A 41 year old man with diarrhea weight loss and

This preview shows page 42 - 45 out of 54 pages.

A 41-year-old man with diarrhea, weight loss, and epigastric discomfort undergoes endoscopic examination, revealing diffusely thickened rugal folds, suggestive of the linitis plastica-type adenocarcinoma. Biopsy reveals no cancer, but a dramatic hyperplasia of superficial mucous cells with scant gastric glands. As a consequence of this condition, this man may be losing excessive amounts of which of the following from his digestive tract? A. Carbohydrates B. Chloride C. Fat D. Protein E. Water 42
Explanation: The correct answer is D. This patient has Menetrier's disease, also known as protein-losing gastroenteropathy. Increased mucus production in Menetrier's disease leads to protein losses from excessive gastric secretions, and may cause hypoalbuminemia and peripheral edema. Absorption of carbohydrates (choice A), which occurs in the small intestine, is unimpaired in Menetrier's disease. Menetrier's disease is associated with deficient production of gastric acid, so chloride loss (choice B) would be unlikely. This is in marked contrast to hypertrophic-hypersecretory gastropathy and the Zollinger- Ellison syndrome, in which there is hyperplasia of chief cells (rather than atrophy, as in Menetrier's disease). Dietary fat loss (choice C) is generally due to enteric malabsorption, such as that which occurs in celiac disease or cystic fibrosis. Gastric mucus is poor in fats, and no appreciable fat loss accompanies Menetrier's disease. Fluid losses (choice E) due to mucus overproduction in Menetrier's disease are reabsorbed in the gut. Menetrier's disease does not cause dehydration. Examination of an autopsy specimen from a Mexican immigrant demonstrates a heart with massive dilation of the aortic root and adjacent aortic arch. Opening the aorta reveals a smooth interior wall without obvious lesions. If a histological section through the aortic wall is made, which of the following would most likely be seen? A. A heavy eosinophilic infiltrate B. Fibrinoid necrosis with a neutrophilic infiltration C. Focal fragmentation of elastic elements D. Obliterative endarteritis of the vasa vasorum E. Ring-like calcification of the vessel media Explanation: The correct answer is D. Massive dilation of the aortic root with an absence of atherosclerotic vessel lesions strongly suggests a syphilitic aneurysm. These aneurysms are a manifestation of tertiary syphilis and have become very uncommon now, probably due to a combination of deliberate therapy and therapy of undiagnosed 43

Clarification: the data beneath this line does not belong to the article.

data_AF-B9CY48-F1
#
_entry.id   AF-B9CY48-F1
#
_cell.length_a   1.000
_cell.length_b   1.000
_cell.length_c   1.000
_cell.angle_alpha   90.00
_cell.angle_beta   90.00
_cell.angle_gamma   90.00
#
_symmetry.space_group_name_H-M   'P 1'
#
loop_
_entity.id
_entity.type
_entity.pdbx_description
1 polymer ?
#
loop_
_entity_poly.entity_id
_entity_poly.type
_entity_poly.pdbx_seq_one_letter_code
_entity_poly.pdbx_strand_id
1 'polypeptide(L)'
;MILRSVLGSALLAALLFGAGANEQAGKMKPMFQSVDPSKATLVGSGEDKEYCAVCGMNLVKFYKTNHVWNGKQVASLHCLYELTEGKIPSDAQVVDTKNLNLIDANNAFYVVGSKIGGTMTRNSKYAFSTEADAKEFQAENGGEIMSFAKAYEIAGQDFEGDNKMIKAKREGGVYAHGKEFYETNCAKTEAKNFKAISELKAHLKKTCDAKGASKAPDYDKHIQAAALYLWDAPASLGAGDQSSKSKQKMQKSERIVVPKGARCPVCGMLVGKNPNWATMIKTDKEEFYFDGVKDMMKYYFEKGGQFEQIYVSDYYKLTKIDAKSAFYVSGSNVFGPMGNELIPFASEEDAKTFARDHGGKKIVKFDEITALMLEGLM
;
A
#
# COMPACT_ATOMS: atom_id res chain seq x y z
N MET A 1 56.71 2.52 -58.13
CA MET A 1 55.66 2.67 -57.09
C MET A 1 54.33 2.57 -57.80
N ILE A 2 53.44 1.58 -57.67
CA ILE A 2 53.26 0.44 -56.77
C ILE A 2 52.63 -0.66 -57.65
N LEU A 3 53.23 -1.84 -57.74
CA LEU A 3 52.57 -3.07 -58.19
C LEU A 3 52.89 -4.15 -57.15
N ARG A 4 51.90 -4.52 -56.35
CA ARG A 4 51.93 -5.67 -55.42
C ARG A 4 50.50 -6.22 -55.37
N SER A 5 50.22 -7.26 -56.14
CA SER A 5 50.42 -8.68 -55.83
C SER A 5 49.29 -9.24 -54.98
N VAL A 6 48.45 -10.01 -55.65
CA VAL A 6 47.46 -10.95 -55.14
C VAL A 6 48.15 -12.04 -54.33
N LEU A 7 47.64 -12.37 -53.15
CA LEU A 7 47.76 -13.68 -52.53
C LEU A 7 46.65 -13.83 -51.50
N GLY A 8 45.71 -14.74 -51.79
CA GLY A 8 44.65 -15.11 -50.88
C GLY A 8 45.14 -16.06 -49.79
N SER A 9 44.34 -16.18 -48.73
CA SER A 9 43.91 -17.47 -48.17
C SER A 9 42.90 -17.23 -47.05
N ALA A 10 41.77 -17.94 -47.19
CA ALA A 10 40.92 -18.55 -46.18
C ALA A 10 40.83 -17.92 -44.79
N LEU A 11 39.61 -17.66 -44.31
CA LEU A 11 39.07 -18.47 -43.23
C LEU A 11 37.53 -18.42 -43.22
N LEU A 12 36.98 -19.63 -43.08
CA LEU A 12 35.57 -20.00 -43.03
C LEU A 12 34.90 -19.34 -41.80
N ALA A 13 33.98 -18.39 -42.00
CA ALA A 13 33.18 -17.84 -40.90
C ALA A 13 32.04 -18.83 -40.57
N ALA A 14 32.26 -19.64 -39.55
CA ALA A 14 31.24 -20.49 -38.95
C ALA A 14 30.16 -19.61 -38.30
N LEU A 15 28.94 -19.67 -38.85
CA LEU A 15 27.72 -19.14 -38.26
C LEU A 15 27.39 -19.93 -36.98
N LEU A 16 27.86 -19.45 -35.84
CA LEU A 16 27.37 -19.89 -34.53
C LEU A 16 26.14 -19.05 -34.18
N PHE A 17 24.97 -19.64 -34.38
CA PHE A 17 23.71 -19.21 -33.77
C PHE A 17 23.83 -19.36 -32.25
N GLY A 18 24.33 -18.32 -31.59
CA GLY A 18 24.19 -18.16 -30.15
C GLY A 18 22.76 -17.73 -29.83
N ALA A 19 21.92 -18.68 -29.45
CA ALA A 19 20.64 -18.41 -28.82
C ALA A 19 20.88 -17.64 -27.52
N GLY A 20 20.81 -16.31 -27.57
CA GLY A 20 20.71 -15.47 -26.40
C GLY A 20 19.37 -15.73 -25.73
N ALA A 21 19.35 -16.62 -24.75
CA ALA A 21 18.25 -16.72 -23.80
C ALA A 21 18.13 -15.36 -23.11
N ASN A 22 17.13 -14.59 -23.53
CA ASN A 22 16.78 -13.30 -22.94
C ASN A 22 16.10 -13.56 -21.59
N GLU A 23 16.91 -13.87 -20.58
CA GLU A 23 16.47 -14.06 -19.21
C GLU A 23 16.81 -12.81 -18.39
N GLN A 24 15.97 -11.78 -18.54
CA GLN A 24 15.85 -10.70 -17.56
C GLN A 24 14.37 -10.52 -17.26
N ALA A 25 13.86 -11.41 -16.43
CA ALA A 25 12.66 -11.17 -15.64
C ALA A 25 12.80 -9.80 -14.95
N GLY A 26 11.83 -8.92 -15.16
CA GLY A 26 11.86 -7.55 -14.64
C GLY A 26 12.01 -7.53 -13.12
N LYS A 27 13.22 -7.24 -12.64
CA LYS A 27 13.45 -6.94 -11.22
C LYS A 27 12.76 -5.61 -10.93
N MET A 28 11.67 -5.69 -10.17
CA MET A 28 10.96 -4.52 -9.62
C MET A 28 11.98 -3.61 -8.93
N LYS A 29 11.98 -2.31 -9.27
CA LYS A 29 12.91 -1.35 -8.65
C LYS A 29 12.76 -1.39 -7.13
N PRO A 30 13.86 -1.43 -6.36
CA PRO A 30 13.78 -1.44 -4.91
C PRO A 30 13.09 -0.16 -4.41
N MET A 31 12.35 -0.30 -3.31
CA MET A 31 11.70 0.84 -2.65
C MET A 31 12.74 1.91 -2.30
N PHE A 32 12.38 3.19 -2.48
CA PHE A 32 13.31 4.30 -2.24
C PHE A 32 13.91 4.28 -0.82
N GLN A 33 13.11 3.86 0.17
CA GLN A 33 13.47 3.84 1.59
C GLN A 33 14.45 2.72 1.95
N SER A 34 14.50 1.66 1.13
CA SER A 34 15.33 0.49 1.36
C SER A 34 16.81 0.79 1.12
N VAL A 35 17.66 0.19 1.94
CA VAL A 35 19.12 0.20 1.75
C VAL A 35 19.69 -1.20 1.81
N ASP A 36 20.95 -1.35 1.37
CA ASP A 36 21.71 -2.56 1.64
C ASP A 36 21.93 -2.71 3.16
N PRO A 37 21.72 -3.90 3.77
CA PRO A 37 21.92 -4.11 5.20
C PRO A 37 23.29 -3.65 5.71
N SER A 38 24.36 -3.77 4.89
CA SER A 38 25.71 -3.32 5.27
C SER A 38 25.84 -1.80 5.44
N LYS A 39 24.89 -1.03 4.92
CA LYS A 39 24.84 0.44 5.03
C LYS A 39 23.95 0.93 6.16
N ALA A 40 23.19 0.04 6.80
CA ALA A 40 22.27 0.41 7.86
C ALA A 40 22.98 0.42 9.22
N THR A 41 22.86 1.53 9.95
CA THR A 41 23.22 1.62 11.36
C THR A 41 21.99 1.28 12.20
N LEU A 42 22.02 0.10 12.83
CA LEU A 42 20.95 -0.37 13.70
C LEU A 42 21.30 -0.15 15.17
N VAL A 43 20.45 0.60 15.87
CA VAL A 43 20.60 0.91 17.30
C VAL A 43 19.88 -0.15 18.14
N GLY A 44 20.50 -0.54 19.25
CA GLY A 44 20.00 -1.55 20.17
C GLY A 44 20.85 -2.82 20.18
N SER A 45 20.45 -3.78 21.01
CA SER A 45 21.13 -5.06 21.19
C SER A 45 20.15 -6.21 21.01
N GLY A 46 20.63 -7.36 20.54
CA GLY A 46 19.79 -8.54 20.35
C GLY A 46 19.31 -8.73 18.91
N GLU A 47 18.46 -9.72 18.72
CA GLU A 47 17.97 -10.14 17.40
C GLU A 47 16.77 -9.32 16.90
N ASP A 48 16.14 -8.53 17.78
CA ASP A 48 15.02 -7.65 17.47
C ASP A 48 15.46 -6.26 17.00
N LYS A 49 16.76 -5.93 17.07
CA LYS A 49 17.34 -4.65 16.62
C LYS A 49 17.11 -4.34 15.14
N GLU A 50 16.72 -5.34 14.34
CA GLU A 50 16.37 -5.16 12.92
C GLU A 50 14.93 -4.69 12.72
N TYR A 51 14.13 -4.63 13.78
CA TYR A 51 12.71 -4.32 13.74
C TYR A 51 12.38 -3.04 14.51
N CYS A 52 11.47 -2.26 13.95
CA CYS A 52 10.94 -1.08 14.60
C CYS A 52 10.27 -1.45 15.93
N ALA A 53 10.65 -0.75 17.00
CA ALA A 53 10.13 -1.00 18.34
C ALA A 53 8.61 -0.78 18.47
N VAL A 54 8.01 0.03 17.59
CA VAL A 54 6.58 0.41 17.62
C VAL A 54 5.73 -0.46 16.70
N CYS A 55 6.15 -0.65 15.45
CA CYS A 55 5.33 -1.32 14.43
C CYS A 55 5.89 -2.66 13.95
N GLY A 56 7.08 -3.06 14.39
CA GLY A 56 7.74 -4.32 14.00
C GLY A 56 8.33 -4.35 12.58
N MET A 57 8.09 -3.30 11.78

disease when antibiotics are given for some other condition. The histologic hallmark of the syphilitic aneurysm is a plasma cell lesion of the small blood vessels (the vasa vasorum) that supply the aorta, and eventually obliterate the small vessel lumina. Choice A is a feature of Churg-Strauss syndrome, which is a variant of polyarteritis nodosa that involves vessels smaller than the aorta.

  • Left Quote Icon

    Student Picture

  • Left Quote Icon

    Student Picture

  • Left Quote Icon

    Student Picture